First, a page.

Currently, in Colorado, homeowner association boards are only required to obtain two condominium owners’ consent to file a construction defect lawsuit against a developer. SB 220 would real significantly increased this requirement by requiring that the association board must obtain the written consent of a majority of the condominium owners before filing a construction defect lawsuit. This helpful requirement would have had the practical impact of reducing the number of lawsuits filed and decrease the threat of frivolous lawsuits against developers. Furthermore, it would require more construction defect claims to be resolved out of court, further discouraging homeowner associations from bringing meritless claims against developers.

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Contractors: CALGreen Energy Provisions Have Been Changed

California Contractor Operations Affected by CALGreen Energy Provisions

By: Richard H. Glucksman and Jon A. Turigliatto
February 5, 2015

Energy provisions effective July 1, 2014, instead of January 1, 2014

There have been changes to California contractors whose operations are affected by residential and non-residential energy regulations or CALGreen energy provisions. Contractors are being alerted to the change in the effective date to the 2013 California Energy Code, 2013 California Administrative Code – Chapter 10, and certain energy provisions in the 2013 California Green Building Code (CALGreen).

The original effective date of January 1, 2014, for specific sections of the 2013 triennial edition of the California Building Standards Code, Title 24, has been changed to July 1, 2014.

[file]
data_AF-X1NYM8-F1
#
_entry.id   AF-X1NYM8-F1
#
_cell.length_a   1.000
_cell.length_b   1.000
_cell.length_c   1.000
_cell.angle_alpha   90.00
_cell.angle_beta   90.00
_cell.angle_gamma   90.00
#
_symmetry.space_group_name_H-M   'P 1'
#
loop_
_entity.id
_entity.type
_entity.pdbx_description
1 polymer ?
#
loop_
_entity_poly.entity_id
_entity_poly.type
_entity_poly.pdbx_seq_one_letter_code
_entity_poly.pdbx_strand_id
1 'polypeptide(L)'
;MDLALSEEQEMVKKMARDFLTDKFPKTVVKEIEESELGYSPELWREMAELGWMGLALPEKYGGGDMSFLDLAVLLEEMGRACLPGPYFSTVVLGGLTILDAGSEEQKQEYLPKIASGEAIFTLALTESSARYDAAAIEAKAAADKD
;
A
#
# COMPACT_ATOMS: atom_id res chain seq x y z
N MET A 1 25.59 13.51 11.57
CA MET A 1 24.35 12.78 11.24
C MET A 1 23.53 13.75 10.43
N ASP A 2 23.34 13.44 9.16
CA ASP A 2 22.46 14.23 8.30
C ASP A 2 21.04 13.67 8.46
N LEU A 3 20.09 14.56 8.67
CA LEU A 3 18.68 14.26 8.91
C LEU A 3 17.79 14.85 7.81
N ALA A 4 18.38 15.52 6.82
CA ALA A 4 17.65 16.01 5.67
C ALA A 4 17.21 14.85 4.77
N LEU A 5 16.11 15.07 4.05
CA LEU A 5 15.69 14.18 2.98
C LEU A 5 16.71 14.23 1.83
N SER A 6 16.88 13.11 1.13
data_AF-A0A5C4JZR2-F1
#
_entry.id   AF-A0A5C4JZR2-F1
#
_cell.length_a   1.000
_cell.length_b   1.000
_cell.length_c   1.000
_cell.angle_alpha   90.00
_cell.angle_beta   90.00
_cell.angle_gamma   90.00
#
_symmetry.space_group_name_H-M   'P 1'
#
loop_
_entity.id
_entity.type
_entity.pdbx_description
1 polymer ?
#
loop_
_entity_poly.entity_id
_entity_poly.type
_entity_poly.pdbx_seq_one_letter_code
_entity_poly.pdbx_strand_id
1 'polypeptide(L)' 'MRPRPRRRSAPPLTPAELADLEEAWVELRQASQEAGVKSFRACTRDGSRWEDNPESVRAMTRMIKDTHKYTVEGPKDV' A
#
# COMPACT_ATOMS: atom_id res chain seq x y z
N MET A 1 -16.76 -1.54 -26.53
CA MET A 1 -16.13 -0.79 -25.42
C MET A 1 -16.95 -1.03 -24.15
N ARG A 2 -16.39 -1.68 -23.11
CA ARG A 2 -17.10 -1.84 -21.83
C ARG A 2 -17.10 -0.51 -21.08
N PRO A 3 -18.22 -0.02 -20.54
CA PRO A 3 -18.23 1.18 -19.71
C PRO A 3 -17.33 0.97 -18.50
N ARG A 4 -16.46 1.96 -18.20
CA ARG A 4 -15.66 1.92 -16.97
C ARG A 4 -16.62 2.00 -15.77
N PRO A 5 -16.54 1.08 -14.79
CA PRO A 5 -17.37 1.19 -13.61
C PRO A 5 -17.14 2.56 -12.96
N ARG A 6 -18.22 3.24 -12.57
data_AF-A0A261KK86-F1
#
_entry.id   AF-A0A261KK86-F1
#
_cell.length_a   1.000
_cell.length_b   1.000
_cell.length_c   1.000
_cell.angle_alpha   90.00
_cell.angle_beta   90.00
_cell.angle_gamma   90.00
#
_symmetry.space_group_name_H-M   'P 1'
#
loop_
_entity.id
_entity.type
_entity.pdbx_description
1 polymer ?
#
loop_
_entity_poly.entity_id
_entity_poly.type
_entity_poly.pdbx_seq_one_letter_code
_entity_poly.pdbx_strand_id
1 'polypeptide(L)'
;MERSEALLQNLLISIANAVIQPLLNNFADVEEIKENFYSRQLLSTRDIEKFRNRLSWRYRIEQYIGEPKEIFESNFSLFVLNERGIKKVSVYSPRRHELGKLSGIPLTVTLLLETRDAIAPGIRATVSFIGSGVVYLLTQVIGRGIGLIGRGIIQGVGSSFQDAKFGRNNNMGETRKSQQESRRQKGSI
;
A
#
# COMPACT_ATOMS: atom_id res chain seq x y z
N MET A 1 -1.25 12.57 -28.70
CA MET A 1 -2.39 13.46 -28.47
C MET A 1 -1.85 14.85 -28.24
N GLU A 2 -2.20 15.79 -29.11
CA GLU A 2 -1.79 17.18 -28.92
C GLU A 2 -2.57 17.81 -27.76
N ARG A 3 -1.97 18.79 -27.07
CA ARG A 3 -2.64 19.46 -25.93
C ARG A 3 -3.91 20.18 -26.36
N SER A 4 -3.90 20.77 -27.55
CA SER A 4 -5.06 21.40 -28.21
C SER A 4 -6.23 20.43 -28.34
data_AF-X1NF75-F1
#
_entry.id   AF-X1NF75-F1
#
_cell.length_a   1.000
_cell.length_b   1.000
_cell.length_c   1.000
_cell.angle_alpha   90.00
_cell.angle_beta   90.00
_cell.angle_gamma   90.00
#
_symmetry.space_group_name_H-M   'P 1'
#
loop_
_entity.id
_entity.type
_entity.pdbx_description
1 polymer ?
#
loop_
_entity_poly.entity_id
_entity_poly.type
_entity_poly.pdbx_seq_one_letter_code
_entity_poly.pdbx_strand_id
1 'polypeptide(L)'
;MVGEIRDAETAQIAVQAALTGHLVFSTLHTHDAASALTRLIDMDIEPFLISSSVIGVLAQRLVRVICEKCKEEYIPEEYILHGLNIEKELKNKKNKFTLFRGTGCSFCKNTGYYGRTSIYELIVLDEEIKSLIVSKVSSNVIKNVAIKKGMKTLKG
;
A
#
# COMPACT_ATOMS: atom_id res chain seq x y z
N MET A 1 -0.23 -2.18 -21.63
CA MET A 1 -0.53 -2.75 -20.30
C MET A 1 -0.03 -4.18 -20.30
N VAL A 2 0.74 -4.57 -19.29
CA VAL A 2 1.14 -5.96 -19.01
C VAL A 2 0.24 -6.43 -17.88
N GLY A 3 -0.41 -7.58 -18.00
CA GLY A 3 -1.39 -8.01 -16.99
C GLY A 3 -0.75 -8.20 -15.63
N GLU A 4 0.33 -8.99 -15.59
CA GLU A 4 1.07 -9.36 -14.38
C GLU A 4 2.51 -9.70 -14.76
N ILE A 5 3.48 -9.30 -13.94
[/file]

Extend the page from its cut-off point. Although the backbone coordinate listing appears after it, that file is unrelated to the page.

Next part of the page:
The California Energy Commission (CEC) experienced unanticipated delays necessitating the CEC energy related provisions. The California Building Standards Commission (CBSC) approved the CEC action and issued Information Bulletin 13-07 on December 18, 2013, announcing the delayed effective date.

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California Supreme Court Denies Petition for Review and Request for Depublication of Recent Appellate Decision that Limited Application of SB 800

Liberty Mutual Ins. Co. v. Brookfield Crystal Cove LLC 2013 WL 4538693 (Cal.App. 4 Dist.)

By: Richard H. Glucksman, Jon A. Turigliatto, and David A. Napper

On December 11, 2013, the California Supreme Court denied Respondent, Brookfield Crystal Cove, LLC’s Petition for Review and Request for Depublication of the recent decision by the Fourth District Court of Appeal in Liberty Mutual Ins. Co.  v. Brookfield Crystal Cove LLC, 2013 WL 4538693 (Cal.App. 4 Dist.) in which the Court of Appeal held that California’s Right to Repair Act (SB 800) is not a homeowner’s exclusive remedy for residential construction defects.

Liberty Mutual is now citable decisional authority in California and holds that homeowners may assert common law causes of action for construction defects that have resulted in actual property damage.  For construction defect that have caused actual property damage, homeowners are no longer required to comply with SB 800’s statutory pre-litigation procedures which provide builders with the opportunity to make repairs prior to the homeowner’s initiation of litigation.  Additionally, the decision permits homeowners to circumvent the shortened limitations periods for certain types of construction defects under the Right to Repair Act.